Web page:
Changchun: a huge city in the north-east region of China (Dongbei), a city known (at least in China) for the massive production of cars and the Puppet Emperor Palace. Probably one of the most ugly cities you would ever go to. If you’d like to go there, because the reasons to visit Changchun are very few, especially as a tourist.
I arrived there in September 2015 to take part in a Overseas international mobility program. I could have applied to a university in Beijing, or Shanghai, or Nanjing, but I decided to apply to Jilin Huaqiao University because 1) I don’t like living in big cities, and I thought Changchun was the smallest among the ones I could go to (and I was wrong), 2) there were much more chances to go there than in other universities, and, most important, 3) I am strange.
I left home feeling I was taking a leap in the dark: I knew next to nothing about the university and the city. Besides I had met my italian mates only once or twice before leaving, so I didn’t know them neither. I didn’t know what to expect, but I felt like I was going to have the time of my life, the (hopefully) first great adventure of my life. And I was right.
Changchun is grey, ugly, with almost nothing exciting to do (especially if you stay in the suburbs, like I did), far, far away from Beijing, Shanghai, Xi’an, Inner Mongolia, very warm in summer, damn, damn cold in winter (-25°/-30° C) and with a temperature leap up to 15° C between day and night, dirty, chaotic, with chinese people staring at you all the time in a harassing way like they were at the zoo admiring the most strange animal on Earth.
But my Changchun is something different. My Changchun is made of a small university campus in Nanguan district, a Walmart store in Xunchi Square and a very dirty, smelly and noisy commercial street called Jiangshan and its labyrinthic supermarket.
My Changchun is made of one hour long light rail and bus rides to city centre and train station, of 1 € (shared) taxi fares and of dangerous tuc-tucs, risky pedestrian crossings, people without helmet riding silent motorcycles in streets full of sellers who don’t give a f**k about their own safety until they’re done bargaining a big sparkling smartphone case.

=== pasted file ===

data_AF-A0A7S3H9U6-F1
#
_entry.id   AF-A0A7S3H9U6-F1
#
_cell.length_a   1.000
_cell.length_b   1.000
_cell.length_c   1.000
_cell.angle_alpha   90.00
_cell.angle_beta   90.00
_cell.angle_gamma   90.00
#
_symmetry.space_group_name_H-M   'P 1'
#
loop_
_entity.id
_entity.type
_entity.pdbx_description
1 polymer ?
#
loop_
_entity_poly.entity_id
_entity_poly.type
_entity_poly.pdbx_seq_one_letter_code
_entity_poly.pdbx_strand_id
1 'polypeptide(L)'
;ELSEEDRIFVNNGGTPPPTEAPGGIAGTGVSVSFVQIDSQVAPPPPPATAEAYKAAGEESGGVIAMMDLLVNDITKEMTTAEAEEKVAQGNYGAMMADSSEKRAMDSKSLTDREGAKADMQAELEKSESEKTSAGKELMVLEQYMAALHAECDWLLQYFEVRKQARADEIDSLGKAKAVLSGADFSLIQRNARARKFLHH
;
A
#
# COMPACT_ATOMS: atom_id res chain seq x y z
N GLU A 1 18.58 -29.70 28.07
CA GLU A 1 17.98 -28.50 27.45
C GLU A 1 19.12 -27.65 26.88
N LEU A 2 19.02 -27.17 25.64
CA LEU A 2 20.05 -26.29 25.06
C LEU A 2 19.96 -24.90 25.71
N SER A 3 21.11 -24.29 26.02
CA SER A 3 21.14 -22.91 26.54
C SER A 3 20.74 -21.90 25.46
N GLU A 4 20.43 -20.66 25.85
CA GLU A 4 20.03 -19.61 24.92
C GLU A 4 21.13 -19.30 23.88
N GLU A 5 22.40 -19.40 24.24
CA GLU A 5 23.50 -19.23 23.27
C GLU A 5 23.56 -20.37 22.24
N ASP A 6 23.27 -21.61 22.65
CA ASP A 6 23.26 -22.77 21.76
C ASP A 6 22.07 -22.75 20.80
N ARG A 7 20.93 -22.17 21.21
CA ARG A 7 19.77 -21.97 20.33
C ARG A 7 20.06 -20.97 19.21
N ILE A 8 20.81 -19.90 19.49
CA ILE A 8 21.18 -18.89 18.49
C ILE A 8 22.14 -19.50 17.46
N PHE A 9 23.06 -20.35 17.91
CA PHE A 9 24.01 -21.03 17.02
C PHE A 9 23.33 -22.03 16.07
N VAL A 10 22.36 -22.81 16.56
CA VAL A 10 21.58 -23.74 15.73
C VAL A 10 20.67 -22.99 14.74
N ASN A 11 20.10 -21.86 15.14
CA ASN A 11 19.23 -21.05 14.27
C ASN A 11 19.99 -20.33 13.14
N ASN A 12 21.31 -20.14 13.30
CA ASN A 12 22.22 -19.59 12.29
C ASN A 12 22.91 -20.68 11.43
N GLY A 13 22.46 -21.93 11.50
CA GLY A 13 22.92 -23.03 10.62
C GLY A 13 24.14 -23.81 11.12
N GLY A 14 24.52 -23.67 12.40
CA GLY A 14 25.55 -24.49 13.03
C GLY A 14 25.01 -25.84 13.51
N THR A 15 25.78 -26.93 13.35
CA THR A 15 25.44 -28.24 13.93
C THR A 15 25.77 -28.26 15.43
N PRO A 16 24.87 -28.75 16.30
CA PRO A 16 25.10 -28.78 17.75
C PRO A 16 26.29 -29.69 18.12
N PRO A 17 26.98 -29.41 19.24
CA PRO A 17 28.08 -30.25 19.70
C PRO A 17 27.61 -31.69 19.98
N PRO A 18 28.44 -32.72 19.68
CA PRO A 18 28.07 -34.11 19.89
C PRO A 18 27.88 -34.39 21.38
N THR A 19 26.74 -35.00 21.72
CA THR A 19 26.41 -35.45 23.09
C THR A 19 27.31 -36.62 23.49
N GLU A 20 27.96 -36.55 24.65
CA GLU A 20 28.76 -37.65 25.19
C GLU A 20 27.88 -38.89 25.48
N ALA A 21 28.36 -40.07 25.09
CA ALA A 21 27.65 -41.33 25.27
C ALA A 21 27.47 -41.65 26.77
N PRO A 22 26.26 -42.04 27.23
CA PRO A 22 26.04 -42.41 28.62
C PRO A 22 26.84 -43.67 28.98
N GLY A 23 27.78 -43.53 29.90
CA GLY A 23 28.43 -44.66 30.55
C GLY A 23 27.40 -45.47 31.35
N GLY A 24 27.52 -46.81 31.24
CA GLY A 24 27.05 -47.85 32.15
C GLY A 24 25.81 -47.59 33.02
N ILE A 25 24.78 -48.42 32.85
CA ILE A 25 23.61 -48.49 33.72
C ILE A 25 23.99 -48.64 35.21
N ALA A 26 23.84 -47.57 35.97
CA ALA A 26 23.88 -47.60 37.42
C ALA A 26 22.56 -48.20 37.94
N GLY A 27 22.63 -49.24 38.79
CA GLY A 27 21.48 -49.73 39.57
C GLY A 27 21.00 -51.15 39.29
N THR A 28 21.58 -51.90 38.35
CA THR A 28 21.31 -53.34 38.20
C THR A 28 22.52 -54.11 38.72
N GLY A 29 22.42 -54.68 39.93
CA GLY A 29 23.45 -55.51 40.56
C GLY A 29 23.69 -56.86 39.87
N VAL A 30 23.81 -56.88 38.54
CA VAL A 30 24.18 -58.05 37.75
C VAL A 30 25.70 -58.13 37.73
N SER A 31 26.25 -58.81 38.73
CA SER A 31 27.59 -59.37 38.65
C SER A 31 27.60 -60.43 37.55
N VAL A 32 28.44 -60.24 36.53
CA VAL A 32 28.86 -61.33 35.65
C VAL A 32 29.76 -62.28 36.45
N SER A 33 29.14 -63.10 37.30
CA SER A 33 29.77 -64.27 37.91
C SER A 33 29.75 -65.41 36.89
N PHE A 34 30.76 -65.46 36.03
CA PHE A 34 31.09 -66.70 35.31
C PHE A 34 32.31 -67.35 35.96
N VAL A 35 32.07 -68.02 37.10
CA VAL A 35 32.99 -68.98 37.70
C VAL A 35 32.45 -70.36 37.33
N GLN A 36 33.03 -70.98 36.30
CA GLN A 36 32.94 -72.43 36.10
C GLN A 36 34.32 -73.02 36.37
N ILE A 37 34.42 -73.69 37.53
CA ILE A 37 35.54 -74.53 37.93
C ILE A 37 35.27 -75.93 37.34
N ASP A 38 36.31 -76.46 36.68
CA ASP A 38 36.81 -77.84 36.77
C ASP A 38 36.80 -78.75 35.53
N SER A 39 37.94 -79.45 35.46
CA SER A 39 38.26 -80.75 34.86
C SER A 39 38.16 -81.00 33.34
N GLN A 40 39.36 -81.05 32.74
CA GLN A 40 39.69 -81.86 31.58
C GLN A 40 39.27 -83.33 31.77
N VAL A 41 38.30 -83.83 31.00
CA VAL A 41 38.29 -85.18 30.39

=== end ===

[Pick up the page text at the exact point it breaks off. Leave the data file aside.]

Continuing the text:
My Changchun is made of absurd university rules and forced participation in humiliating dancing shows, of strange chinese words I’ll never forget (unsatisfactory bù jígé 不及格, developement – or pheasant, if you are Italian – fāzhăn 发展 and “In my opinion?” yào wŏ shuō 要我说?), of studying a lot (??) to pass the Ancient Chinese exam.
My Changchun is made of snow and mud, an heavy padded jacket, snow boots and almost freezed feet, low heated rooms and fast walks from building to building. My Changchun is made of sandstorms, runs under the heavy rain, incredible jumps to avoid puddles and painful slips on the ice.
My Changchun is made of the canteen’s malatang, chao mian, tieban doufu and shaomai, of korean spicy food, awful pizza baked by chinese chefs in a german Biergarten and stalls of unidentified types of meat, fish, ice cream, whatever, of guobaorou, huoguo and chunbing. My Changchun is made of lemon-flavoured water, imported tea (yes, in China. I really can’t stand chinese tea) and sardinian cheese, of sweet bread and peanut butter, of nut milk and mango juice, of fried scorpions and «What are you eating?» «I have no idea, but it’s super good… After taking all the xiangcai (coriander) away».
My Changchun is made of long nights chatting and watching movies, of sleepovers in the room front door, of late night awakenings to surprise a friend who landed at the airport at 1:00 AM, of «Why don’t the damn Koreans stop shouting around?» and very loud alcoholic parties, of the famous “You have to be in your dorm at 10:00 PM” rule and the secret back door. My Changchun is made of football games with chinese, korean, mexican, russian, spanish and portuguese guys ready to watch me scoring goals, of «It’s 1:00 PM, why is the dinner so late?», of the go-to-the-supermarket hobby, of tone-deaf karaoke choirs, of huge snowballs battles, of stolen doors.
My Changchun is made of italian mates who I needed to befriend because they were the only ones I had and who turned out to be some of the best people I could ever meet, of chinese girls who are so tough but not afraid to say «I love you», of korean guys who now have italian names, of “Li laoshi (teacher)”, “the Li laoshi next to Li laoshi” and “the laoshi whose office is next to Li laoshi’s office”, of the cute granny who sells the vegetables at the third canteen and of the nongcunren (country people).
My Changchun is made of this and much, much, much more. Most of all, my Changchun is made of all the memories I made in those ugly places with those crazy people. I went there to improve my chinese, and I found something so special and beautiful it can’t be told in words. It just can be lived.
(How to read the last two sentences: go apply for an international mobility program right now!)